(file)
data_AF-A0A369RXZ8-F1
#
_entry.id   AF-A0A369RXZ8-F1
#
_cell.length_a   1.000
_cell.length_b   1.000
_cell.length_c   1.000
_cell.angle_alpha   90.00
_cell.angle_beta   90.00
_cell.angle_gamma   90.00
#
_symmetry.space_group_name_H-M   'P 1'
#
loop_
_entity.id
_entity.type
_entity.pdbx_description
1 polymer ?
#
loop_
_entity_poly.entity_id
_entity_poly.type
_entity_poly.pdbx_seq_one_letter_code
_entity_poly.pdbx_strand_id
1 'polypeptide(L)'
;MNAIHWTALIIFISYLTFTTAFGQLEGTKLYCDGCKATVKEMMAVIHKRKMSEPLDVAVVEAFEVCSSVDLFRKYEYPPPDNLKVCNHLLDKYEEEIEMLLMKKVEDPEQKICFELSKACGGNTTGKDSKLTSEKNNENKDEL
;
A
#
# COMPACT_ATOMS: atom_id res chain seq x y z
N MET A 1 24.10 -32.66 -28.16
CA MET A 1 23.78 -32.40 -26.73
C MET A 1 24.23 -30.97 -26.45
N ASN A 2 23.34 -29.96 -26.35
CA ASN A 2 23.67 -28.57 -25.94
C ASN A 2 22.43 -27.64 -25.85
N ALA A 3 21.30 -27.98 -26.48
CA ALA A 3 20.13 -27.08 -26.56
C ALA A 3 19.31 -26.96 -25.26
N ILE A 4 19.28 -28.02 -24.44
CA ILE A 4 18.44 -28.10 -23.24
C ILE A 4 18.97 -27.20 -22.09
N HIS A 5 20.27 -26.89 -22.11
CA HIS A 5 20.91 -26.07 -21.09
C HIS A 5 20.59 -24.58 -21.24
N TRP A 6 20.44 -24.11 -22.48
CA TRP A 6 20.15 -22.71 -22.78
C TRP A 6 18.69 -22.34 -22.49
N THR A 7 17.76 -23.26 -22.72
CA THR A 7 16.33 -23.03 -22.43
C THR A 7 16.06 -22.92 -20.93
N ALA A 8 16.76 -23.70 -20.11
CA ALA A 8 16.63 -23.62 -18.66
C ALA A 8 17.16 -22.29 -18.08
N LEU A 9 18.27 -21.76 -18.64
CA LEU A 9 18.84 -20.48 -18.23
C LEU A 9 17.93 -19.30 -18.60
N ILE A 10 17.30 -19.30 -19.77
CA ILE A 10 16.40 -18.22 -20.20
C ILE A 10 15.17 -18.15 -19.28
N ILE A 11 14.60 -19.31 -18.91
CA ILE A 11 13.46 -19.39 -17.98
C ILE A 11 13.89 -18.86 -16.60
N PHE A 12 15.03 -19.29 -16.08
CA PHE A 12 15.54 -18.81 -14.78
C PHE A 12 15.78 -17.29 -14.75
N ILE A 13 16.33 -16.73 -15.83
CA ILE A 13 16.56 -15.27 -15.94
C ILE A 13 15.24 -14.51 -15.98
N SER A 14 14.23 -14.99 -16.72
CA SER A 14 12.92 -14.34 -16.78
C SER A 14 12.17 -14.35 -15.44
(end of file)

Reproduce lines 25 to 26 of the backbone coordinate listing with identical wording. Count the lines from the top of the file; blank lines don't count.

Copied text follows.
1 'polypeptide(L)'
;MNAIHWTALIIFISYLTFTTAFGQLEGTKLYCDGCKATVKEMMAVIHKRKMSEPLDVAVVEAFEVCSSVDLFRKYEYPPPDNLKVCNHLLDKYEEEIEMLLMKKVEDPEQKICFELSKACGGNTTGKDSKLTSEKNNENKDEL